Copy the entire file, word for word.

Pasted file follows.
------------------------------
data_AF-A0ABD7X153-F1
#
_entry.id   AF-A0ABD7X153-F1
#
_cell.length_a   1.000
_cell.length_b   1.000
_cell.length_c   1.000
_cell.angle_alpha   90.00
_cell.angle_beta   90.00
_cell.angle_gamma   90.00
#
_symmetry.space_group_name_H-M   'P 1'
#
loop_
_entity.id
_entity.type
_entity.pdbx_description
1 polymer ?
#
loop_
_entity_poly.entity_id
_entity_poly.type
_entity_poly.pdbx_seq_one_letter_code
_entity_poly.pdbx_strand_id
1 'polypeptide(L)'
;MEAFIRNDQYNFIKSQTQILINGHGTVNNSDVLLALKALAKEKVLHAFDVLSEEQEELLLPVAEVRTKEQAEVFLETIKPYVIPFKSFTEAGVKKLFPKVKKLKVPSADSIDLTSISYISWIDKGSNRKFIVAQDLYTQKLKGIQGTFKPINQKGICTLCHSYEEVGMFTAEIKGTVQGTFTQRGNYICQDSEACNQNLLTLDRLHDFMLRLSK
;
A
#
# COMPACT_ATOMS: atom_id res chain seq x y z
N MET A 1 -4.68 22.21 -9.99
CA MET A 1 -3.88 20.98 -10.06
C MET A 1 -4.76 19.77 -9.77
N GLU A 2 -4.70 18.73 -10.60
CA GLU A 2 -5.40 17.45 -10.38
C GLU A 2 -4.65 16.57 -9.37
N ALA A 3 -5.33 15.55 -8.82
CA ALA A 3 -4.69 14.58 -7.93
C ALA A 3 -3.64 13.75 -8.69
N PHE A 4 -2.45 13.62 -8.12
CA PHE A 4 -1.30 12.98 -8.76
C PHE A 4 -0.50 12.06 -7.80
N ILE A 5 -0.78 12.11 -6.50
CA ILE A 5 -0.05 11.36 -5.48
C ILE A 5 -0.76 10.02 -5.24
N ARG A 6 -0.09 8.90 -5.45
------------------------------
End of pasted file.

data_AF-A0ABD7X153-F1
#
_entry.id   AF-A0ABD7X153-F1
#
_cell.length_a   1.000
_cell.length_b   1.000
_cell.length_c   1.000
_cell.angle_alpha   90.00
_cell.angle_beta   90.00
_cell.angle_gamma   90.00
#
_symmetry.space_group_name_H-M   'P 1'
#
loop_
_entity.id
_entity.type
_entity.pdbx_description
1 polymer ?
#
loop_
_entity_poly.entity_id
_entity_poly.type
_entity_poly.pdbx_seq_one_letter_code
_entity_poly.pdbx_strand_id
1 'polypeptide(L)'
;MEAFIRNDQYNFIKSQTQILINGHGTVNNSDVLLALKALAKEKVLHAFDVLSEEQEELLLPVAEVRTKEQAEVFLETIKPYVIPFKSFTEAGVKKLFPKVKKLKVPSADSIDLTSISYISWIDKGSNRKFIVAQDLYTQKLKGIQGTFKPINQKGICTLCHSYEEVGMFTAEIKGTVQGTFTQRGNYICQDSEACNQNLLTLDRLHDFMLRLSK
;
A
#
# COMPACT_ATOMS: atom_id res chain seq x y z
N MET A 1 -4.68 22.21 -9.99
CA MET A 1 -3.88 20.98 -10.06
C MET A 1 -4.76 19.77 -9.77
N GLU A 2 -4.70 18.73 -10.60
CA GLU A 2 -5.40 17.45 -10.38
C GLU A 2 -4.65 16.57 -9.37
N ALA A 3 -5.33 15.55 -8.82
CA ALA A 3 -4.69 14.58 -7.93
C ALA A 3 -3.64 13.75 -8.69
N PHE A 4 -2.45 13.62 -8.12
CA PHE A 4 -1.30 12.98 -8.76
C PHE A 4 -0.50 12.06 -7.80
N ILE A 5 -0.78 12.11 -6.50
CA ILE A 5 -0.05 11.36 -5.48
C ILE A 5 -0.76 10.02 -5.24
N ARG A 6 -0.09 8.90 -5.45